Vol 14, No 6 (2007)
Original articles
Published online: 2007-10-10

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Long-term reproducibility of microvolt T-wave alternans in patients after cardioverter-defibrillator implantation

Robert Wierzbowski, Dariusz Michałkiewicz, Karol Makowski, Paweł Smurzyński, Robert Ryczek, Andrzej Cwetsch, Marian Cholewa
Cardiol J 2007;14(6):561-567.


Background: Microvolt T-wave alternans (MTWA) is a promising method for noninvasive assessment of arrhythmic risk. Recent studies have shown good immediate reproducibility of T-wave alternans. Little is known about it during the long term. The aim of the study was to prospectively evaluate the long-term reproducibility of MTWA in a group of patients after ICD implantation.
Methods: The study group consisted of 22 patients: 21 male and 1 female, aged 63.0 ± 7.6 years. Nineteen of them had a history of myocardial infarction and 3 had non-ischemic cardiomyopathy. Ejection fraction was 34.7 ± 10.0. T-wave alternans was measured during treadmill tests and additionally in 6 patients during implantation cardioverter-defibrillator device pacing. We received 30 reports of MTWA available for analysis. The second test was performed after 11.8 ± 3.3 months (range 7-16) using the same protocol.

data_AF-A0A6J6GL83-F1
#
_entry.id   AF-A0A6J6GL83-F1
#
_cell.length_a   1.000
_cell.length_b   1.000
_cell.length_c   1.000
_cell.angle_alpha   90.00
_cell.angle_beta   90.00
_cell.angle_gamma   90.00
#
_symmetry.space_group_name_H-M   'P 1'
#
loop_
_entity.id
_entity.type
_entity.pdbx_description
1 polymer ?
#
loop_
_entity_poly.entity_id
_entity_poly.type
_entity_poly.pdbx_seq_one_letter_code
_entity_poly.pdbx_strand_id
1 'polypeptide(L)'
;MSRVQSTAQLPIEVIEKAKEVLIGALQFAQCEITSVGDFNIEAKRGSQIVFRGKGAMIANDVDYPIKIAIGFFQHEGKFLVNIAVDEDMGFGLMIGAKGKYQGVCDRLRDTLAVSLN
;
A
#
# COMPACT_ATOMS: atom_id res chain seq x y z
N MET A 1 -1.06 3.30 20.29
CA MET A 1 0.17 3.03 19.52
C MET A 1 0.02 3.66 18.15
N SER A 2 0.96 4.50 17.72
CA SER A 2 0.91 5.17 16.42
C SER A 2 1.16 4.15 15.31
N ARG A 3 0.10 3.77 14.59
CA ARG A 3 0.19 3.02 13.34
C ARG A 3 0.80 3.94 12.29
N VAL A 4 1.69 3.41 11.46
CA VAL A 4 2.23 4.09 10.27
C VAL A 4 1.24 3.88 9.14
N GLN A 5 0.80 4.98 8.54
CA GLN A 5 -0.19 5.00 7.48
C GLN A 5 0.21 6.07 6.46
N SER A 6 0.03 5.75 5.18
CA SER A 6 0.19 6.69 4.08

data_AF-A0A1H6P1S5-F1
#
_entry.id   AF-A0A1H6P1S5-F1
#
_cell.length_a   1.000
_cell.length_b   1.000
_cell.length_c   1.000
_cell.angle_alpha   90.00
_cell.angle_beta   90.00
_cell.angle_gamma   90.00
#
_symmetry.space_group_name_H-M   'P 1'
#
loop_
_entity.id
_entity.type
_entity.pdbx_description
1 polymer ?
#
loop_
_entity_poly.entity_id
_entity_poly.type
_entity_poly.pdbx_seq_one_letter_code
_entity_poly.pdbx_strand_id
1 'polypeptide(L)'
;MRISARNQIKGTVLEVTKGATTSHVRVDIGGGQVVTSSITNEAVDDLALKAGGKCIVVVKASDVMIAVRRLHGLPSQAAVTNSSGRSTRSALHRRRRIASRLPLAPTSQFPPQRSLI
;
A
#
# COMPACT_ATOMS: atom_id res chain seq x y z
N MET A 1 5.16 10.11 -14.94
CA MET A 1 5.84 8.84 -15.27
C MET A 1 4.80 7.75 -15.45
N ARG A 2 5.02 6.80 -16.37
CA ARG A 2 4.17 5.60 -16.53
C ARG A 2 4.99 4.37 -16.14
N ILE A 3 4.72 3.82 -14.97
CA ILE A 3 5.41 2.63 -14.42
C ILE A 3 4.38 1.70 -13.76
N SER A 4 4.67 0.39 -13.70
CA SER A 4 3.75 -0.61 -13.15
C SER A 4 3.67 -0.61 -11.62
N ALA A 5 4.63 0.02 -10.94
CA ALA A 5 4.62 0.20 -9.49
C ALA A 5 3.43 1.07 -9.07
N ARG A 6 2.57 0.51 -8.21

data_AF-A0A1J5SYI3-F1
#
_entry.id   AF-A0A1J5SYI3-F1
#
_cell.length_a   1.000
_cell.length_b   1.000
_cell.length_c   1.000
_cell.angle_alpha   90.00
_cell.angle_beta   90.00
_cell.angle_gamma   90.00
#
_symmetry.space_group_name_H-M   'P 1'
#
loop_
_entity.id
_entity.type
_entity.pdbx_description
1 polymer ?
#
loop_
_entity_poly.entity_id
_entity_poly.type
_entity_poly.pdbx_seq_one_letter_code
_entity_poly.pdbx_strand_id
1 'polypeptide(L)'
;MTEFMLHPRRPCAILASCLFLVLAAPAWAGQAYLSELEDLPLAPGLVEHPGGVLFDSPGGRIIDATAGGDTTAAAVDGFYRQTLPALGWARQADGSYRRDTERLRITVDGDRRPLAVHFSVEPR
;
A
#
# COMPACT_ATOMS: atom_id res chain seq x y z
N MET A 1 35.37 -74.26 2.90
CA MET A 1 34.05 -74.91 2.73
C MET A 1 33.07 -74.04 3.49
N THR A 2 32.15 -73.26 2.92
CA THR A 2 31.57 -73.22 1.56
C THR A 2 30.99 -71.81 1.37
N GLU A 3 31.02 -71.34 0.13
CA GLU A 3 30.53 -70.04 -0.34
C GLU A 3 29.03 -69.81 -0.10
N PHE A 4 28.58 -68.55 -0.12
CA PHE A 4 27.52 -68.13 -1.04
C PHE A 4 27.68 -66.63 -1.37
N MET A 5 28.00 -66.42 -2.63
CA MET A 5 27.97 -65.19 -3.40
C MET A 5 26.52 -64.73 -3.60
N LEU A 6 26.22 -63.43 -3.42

Results: Of the 30 tests, 12 were positive, 2 negative and 9 indeterminate in both tests. The results were concordant in 23 tests (76.66%) (Kappa 0.602). Of the initial positive tests, only one became negative in the second test and 4 became indeterminate. Of the initial negative tests, none became positive and none became indeterminate. Of the initial indeterminate tests, one became positive and one negative. At the same time, there were no significant differences between QRS, QTc and ejection fraction between the first and second tests. Only the heart rate in the second test was greater than in the first.
Conclusions: The results suggest that microvolt T-wave alternans measurement is stable over a long period. It is probably not worth examining the status of MTWA after several months, at least if patients are in the chronic stage of their disease. (Cardiol J 2007; 14: 561-567).

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